Being for many years an inspector of the public prisons, his practical sagacity and benevolence were used with marked results. His enlarged sympathies had always embraced the criminal and the imprisoned, as well as the oppressed; and the last years of his life were especially devoted to the improvement of prisons and prisoners. In this department of benevolence he manifested the same zealous kindness and untiring diligence that had so long been exerted for the colored people, for whose welfare he labored to the end of his days.
He possessed a wonderful wisdom in furnishing relief to all who were in difficulty and embarrassment. This caused a very extensive demand upon his time and talents, which were rarely withheld when honestly sought, and seldom applied in vain.
Mrs. Kirkland prepared, under the title of “The Helping Hand,” a small volume, for the benefit of “The Home” for discharged female convicts, containing a brief description of the institution, and a detail of facts illustrating the happy results of its operation. Its closing chapter is appropriately devoted to the following well-deserved tribute to the veteran philanthropist, to whose zeal and discretion that and so many other similar institutions owe their existence, or to a large degree their prosperity.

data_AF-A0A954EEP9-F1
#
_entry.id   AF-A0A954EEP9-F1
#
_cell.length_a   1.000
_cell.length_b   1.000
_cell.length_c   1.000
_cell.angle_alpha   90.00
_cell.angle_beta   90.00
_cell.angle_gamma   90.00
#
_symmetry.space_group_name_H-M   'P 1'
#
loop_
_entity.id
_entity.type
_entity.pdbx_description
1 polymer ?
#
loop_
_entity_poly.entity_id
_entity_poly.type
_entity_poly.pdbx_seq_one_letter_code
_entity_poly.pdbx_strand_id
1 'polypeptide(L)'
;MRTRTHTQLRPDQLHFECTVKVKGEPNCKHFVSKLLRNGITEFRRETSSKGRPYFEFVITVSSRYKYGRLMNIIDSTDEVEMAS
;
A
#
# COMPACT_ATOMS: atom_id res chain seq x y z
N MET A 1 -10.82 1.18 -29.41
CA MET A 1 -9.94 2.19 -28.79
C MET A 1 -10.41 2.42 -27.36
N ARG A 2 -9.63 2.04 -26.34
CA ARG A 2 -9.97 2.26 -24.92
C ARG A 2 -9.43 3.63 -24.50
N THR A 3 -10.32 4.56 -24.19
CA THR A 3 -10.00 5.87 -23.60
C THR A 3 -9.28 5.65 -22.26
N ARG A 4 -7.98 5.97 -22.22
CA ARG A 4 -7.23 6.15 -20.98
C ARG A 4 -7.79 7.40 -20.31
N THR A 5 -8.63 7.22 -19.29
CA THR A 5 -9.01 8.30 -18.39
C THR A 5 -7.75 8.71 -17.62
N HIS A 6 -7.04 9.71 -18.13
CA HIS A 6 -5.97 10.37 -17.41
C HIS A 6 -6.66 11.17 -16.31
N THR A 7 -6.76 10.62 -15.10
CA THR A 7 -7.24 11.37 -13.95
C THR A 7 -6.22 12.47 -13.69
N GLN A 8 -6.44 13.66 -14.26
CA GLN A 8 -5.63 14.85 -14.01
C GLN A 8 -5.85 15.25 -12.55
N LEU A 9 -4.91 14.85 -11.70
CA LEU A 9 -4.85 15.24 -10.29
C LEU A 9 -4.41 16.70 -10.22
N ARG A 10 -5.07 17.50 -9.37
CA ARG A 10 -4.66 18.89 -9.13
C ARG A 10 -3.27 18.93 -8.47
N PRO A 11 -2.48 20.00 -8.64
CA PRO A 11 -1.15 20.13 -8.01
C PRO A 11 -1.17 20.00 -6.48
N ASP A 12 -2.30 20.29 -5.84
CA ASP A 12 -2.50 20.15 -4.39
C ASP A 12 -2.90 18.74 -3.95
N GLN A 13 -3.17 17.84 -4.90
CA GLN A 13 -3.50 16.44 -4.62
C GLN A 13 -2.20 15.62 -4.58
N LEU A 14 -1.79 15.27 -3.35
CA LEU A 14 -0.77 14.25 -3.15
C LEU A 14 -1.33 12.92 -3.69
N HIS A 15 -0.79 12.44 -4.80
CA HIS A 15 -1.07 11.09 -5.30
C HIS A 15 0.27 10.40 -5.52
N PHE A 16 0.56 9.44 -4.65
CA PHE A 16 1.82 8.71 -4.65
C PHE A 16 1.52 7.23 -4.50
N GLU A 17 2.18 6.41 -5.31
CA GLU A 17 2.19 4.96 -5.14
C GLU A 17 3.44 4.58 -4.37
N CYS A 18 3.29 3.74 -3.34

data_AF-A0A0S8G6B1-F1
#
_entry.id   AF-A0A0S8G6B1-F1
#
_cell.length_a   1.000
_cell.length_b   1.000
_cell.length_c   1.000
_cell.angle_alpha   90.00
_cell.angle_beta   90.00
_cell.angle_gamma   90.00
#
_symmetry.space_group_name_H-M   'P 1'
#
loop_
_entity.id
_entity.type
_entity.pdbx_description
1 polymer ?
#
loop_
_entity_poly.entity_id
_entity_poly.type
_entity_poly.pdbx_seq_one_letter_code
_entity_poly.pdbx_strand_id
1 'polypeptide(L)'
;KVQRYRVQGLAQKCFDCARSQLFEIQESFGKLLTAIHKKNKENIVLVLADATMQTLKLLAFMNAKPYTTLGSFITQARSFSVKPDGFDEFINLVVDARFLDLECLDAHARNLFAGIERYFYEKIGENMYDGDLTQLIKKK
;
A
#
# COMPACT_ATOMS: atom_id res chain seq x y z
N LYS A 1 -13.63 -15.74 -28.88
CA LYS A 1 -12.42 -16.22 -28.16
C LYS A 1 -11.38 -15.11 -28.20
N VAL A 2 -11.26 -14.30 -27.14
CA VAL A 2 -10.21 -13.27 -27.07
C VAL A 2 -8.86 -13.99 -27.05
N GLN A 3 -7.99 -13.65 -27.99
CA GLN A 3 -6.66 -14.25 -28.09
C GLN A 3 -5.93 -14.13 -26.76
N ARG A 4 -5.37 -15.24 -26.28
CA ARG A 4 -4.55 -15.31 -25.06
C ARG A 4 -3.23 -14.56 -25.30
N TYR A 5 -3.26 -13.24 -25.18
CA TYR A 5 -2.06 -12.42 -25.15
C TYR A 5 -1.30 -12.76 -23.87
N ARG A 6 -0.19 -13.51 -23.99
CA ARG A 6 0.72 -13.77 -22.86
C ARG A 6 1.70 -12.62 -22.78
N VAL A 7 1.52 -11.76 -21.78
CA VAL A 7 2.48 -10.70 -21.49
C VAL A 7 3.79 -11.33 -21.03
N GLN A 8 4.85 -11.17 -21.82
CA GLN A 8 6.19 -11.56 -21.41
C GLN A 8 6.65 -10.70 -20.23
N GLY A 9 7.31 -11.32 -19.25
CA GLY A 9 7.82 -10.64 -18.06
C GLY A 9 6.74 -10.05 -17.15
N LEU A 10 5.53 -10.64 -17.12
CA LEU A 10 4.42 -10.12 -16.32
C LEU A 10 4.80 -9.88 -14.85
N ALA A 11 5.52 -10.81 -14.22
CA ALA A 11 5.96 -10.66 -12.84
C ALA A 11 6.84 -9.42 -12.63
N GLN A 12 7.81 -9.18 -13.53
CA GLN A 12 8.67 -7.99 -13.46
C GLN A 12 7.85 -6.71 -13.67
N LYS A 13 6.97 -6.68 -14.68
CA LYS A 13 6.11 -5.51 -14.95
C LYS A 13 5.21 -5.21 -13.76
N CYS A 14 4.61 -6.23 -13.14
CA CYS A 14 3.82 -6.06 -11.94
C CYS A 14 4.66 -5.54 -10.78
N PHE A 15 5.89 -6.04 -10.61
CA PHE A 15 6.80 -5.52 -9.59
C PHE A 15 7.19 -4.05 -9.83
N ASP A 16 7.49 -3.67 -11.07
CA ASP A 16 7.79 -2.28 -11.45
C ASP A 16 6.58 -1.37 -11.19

“Not to inform the public what it knows very well already, nor to forestall the volume now preparing by Mrs. Child, a kindred spirit, but to gratify my own feelings, and to give grace and sanctity to this little book, I wish to say a few words of Mr. Hopper, the devoted friend of the prisoner as of the slave; one whose long life, and whose last thoughts, were given to the care and succor of human weakness, error, and suffering. To make even the most unpretending book for the benefit of ‘The Home,’ without bringing forward the name of Isaac T. Hopper, and recognizing the part he took in its affairs, from the earliest moment of its existence until the close of his life, would be an unpardonable omission. A few words must be said where a volume would scarcely suffice.
“’The rich and the poor meet together, and the Lord is the Father of them all,’ might stand for the motto of Mr. Hopper’s life. That the most remote of these two classes stood on the same level of benevolent interest in his mind, his whole career made obvious; he was the last man to represent as naturally opposite those whom God has always, even to the end of the world, made mutually dependent. He told the simple truth to each with equal frankness; helped both with equal readiness. The palace owed him no more than the hovel suggested thoughts of superiority. Nothing human, however grand, or however degraded, was a stranger to him. In the light that came to him from heaven, all stood alike children of the Great Father; earthly distinction disappearing the moment the sinking soul or the suffering body was in question. No amount of depravity could